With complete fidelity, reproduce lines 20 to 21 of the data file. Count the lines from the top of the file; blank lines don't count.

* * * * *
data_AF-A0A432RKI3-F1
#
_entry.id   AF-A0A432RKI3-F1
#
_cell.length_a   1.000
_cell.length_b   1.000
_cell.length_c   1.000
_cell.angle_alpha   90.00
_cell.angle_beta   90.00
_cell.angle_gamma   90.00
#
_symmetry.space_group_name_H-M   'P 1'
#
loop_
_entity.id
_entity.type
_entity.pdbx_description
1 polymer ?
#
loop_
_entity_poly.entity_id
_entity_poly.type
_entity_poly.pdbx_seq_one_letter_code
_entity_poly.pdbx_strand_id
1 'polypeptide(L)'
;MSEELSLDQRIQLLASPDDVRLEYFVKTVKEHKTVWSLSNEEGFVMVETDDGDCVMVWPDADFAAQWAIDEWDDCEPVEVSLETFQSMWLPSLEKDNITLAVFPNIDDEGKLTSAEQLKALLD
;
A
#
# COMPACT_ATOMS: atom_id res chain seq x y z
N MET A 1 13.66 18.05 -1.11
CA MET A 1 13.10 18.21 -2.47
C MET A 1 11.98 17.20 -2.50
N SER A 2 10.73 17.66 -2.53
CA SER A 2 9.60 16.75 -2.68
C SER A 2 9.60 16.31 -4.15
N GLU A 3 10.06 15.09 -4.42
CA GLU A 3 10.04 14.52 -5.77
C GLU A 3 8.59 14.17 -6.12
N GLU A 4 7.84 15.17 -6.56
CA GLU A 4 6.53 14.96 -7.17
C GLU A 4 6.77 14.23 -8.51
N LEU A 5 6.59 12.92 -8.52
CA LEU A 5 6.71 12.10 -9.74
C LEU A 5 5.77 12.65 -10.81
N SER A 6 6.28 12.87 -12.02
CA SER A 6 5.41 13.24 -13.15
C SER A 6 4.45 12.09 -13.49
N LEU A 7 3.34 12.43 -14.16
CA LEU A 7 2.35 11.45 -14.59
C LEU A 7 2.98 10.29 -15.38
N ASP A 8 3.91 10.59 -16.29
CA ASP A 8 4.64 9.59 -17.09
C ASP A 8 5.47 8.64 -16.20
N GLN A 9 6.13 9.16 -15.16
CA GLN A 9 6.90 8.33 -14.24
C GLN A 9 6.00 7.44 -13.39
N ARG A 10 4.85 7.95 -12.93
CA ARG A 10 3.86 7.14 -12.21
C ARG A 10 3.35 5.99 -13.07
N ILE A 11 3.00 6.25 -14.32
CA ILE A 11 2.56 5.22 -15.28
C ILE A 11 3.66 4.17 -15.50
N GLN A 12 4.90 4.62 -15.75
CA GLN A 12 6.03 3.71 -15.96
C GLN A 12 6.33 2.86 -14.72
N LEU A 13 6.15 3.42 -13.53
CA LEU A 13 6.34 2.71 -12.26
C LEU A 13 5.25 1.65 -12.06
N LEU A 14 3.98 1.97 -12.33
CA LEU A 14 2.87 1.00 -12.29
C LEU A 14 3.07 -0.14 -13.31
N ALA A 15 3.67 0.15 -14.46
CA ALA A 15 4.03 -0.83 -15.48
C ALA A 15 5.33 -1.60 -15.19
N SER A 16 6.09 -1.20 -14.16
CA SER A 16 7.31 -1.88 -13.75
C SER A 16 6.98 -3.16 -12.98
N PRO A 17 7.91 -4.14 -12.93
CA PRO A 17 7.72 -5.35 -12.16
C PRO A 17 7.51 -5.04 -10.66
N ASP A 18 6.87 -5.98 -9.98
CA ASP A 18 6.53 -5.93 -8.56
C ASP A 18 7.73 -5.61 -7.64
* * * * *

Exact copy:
loop_
_entity_poly.entity_id